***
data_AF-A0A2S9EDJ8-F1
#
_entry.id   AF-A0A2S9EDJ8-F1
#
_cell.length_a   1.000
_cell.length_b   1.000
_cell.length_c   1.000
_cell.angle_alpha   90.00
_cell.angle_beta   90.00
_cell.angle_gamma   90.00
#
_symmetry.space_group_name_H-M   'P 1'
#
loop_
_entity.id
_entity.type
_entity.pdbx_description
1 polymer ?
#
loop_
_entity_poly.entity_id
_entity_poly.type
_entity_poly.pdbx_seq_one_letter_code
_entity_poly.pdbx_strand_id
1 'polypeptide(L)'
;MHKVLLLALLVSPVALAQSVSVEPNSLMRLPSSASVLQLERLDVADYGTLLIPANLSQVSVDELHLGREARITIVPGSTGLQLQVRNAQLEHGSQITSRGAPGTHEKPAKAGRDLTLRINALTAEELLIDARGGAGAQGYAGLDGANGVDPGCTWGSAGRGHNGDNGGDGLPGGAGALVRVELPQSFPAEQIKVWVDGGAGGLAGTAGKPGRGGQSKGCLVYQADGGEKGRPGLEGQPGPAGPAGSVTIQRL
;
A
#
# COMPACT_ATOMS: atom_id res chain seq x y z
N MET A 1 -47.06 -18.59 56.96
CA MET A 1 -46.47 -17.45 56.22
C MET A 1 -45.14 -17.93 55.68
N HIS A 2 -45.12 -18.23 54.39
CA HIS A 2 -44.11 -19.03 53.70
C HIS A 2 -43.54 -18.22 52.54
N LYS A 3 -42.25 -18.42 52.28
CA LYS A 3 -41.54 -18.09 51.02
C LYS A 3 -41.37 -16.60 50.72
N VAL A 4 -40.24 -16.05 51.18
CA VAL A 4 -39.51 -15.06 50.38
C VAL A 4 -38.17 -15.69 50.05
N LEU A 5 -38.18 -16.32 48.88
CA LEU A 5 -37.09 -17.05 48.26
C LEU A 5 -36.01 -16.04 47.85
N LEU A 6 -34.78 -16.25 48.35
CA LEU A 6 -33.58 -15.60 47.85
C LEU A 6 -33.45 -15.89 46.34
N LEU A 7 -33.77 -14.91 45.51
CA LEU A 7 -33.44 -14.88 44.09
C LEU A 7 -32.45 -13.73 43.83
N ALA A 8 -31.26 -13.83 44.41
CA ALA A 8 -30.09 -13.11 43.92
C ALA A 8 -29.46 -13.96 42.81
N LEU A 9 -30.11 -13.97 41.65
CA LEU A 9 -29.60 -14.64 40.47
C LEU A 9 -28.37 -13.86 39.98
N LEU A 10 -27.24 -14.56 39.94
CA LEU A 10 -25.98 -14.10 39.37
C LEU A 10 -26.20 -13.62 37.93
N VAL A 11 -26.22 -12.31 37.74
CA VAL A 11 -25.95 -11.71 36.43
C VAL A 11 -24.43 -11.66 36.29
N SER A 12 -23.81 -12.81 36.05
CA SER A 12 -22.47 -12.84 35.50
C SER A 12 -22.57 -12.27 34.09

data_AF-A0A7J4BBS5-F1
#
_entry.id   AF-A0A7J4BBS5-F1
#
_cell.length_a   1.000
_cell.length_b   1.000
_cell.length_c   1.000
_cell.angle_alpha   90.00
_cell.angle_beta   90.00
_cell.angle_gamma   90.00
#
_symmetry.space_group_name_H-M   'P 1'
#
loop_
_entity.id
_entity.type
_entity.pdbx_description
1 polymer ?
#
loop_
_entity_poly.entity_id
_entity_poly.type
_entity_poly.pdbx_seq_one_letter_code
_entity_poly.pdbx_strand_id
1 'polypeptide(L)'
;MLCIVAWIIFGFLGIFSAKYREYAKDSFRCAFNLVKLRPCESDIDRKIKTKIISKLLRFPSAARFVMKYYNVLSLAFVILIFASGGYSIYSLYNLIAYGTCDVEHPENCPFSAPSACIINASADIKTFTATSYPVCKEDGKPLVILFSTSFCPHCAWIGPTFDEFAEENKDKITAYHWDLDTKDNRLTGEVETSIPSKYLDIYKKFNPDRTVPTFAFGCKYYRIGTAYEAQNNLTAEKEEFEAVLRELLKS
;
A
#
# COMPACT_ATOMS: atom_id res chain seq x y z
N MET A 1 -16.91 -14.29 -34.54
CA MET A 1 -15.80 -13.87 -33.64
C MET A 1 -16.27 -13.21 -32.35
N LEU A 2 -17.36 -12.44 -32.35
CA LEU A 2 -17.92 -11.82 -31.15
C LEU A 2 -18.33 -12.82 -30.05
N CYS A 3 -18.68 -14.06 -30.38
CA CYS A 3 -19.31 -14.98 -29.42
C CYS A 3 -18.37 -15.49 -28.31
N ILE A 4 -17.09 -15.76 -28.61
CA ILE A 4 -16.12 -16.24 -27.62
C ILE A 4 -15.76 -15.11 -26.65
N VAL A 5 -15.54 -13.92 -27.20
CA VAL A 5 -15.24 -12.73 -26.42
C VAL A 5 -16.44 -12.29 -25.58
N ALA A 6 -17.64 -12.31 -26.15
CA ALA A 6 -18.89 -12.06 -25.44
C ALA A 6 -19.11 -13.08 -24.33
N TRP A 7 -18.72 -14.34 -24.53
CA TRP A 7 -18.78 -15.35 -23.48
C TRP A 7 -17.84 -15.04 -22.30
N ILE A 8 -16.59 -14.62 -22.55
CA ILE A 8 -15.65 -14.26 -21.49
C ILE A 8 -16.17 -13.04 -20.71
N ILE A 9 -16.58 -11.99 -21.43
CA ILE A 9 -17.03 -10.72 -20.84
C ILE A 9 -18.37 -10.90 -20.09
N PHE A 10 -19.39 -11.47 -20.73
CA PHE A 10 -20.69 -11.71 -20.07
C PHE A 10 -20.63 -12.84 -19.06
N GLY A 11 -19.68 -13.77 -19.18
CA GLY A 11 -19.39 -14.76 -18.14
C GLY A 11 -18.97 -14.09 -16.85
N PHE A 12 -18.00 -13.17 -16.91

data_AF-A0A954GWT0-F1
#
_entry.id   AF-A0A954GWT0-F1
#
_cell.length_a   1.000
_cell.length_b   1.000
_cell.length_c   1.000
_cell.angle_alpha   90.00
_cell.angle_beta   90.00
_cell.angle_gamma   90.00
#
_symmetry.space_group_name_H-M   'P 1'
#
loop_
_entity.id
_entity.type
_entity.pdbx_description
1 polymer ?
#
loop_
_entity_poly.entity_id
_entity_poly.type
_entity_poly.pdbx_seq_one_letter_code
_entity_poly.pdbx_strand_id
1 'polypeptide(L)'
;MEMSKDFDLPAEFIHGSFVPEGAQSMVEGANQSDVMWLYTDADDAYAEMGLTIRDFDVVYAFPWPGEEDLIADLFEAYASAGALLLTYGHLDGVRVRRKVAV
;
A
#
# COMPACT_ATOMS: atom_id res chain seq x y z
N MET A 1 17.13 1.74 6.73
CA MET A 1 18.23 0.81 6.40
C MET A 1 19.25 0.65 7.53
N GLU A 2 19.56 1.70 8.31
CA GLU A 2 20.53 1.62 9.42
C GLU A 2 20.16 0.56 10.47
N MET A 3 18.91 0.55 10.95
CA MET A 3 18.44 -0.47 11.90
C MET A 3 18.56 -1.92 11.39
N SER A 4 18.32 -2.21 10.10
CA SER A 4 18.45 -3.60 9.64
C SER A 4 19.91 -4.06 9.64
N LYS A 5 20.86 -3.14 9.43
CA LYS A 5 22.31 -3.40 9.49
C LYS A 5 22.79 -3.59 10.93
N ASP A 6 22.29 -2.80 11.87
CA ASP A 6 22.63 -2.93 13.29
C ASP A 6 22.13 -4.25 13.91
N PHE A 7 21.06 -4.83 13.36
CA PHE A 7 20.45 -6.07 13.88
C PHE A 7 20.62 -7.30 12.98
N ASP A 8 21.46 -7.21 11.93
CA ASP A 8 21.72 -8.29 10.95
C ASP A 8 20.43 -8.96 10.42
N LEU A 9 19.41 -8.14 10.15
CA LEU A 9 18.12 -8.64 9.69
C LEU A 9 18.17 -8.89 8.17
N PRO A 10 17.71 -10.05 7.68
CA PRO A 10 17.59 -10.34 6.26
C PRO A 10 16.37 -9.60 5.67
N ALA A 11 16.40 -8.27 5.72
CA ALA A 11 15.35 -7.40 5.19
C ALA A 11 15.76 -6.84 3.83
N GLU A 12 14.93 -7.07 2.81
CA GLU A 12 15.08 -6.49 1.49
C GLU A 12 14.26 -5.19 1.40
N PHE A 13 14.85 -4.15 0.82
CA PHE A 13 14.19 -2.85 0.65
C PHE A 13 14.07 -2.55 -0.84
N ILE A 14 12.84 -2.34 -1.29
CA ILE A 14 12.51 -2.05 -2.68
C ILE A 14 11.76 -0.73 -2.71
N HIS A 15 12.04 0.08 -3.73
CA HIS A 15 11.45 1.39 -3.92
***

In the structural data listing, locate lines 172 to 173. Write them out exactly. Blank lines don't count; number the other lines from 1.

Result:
C SER A 4 19.91 -4.06 9.64
N LYS A 5 20.86 -3.14 9.43